Language Arts and The New Media Digitized Writings By Lauren Vohs
INTRODUCTION English teachers are interested in defining how students learn to write with and for the new media, and how they learn to read and interpret the kinds of texts to which they now have access via the new technologies.
New language arts standards mention the inclusion of media and technology as part of literary education. The New York City Curriculum Frameworks for language arts suggests that by grade 7, that students will read, listen, view and evaluate information from a variety of sources including literature, media and technology. By grade 8, students will access, interpret and evaluate print and nonprint sources in a variety of formats.
It is up to the English teachers tohelp investigate which literary ideas can be applied to these new kinds of multimedia and where new ones have to be invented to help students learn to distinguish between polemic and scholarship and between advertising and poetry.
This chapter takes a critical look at the kinds of resources brought into the English class by the new media. The two types that it focuses on are digitized writings and digital writing. It focuses on the ways in which the media can be used to its best advantage.
Digitized writings are literary resources that are increasingly available as digitized text.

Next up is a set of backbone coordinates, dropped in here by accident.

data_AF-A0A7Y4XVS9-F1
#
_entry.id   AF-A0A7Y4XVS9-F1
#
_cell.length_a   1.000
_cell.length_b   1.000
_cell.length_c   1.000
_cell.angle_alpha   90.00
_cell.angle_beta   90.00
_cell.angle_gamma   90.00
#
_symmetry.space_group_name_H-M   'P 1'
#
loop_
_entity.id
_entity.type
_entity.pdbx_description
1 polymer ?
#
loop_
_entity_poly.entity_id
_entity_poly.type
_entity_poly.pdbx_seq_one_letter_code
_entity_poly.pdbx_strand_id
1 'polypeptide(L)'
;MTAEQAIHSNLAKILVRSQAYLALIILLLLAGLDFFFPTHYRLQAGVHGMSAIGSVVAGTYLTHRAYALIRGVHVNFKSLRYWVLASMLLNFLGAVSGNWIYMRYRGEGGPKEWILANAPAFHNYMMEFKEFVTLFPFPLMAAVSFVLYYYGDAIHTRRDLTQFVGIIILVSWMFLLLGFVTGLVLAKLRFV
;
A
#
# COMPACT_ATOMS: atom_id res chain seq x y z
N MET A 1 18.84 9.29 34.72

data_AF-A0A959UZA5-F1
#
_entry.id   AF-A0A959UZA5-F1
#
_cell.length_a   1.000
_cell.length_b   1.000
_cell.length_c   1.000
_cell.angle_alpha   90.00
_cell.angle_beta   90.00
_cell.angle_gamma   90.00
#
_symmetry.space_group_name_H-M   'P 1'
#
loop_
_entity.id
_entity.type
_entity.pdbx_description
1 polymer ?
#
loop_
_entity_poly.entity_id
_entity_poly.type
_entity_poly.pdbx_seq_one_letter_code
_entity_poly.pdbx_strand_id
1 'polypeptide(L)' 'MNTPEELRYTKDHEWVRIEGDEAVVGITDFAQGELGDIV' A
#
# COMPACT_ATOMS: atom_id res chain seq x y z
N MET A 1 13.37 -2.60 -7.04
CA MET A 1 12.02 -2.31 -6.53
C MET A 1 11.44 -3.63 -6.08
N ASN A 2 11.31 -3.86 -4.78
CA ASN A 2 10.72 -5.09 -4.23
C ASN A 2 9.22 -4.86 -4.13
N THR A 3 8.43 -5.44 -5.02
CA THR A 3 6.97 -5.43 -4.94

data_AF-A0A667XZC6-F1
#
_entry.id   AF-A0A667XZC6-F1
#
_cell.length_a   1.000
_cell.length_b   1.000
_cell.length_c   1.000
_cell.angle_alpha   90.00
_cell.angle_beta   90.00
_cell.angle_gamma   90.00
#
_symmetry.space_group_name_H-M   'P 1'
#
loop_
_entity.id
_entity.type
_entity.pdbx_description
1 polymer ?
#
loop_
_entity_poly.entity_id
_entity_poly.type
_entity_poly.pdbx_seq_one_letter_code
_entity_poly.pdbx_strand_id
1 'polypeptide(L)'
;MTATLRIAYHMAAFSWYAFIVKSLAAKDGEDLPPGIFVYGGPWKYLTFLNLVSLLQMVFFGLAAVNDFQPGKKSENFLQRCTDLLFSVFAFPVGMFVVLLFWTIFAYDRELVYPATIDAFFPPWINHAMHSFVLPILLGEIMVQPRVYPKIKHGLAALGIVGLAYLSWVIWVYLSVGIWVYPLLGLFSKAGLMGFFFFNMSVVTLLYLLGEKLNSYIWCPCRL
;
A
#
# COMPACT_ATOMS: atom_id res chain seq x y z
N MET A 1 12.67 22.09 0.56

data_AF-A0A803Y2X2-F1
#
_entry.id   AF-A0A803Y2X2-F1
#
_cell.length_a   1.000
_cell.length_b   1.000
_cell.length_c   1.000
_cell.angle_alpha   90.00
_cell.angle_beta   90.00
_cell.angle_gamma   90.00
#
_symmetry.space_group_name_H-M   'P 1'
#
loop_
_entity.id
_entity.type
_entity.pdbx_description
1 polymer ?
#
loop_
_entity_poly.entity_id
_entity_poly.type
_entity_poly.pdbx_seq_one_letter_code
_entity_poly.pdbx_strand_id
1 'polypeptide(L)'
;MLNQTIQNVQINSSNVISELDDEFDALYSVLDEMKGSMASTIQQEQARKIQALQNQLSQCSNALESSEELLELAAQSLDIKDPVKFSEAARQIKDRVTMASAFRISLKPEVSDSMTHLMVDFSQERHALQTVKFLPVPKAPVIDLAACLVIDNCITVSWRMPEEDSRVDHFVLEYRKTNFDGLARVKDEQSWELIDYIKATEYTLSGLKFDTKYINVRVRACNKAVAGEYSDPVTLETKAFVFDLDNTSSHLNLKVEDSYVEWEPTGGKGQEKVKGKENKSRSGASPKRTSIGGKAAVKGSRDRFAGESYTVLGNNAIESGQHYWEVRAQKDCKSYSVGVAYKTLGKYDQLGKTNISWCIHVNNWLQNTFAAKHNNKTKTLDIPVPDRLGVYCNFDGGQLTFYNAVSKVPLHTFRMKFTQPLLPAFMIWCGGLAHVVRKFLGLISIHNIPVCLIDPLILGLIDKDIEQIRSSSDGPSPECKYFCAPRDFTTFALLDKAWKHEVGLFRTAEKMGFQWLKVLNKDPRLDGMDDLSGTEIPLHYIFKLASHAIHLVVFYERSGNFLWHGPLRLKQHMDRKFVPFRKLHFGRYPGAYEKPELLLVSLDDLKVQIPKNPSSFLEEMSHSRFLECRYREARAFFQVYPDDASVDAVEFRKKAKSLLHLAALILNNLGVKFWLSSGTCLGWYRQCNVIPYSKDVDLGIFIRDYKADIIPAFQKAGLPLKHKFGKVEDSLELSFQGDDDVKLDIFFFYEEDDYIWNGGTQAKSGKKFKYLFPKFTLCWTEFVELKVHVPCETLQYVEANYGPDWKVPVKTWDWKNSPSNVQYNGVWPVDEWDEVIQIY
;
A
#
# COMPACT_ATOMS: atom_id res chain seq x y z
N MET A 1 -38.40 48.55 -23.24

Some examples of digitized writings: On-Line Books E-Zines Expanded Books 3D Comics Interactive Narratives
On-Line Books These give students and teachers access to a library on the computer. Teachers can copy and paste sections or excerpts of texts into handouts for the students. Students can copy and paste long quotations into their own reports.
On-Line Books Cont. An example that everyone is familiar with is the Internet. The texts on the Internet can easily be manipulated (copied, paste, etc.) so it offers a range of new opportunities for constructive engagement.
Expanded books puts a central work of print, film or video into a wider context. An expanded books for a film can include the full script. For a book, it might include interactive illustrations and clips. Expanded books are usually found on CD-ROMS for a particular book, film or video.
Cyber guides A digital lesson that guides students through the analysis of literary texts by linking them directly to relevant web sites. (EXAMPLE: A Web Quests)
Cyber guides cont. Supplementary units of instruction based on core works of literature, designed for students to use the World Wide Web.
Each cyber guide contains: *a student and teacher edition, *a statement of objectives, *a task and process by which it may be completed, *a rubric for assessing the quality of the product.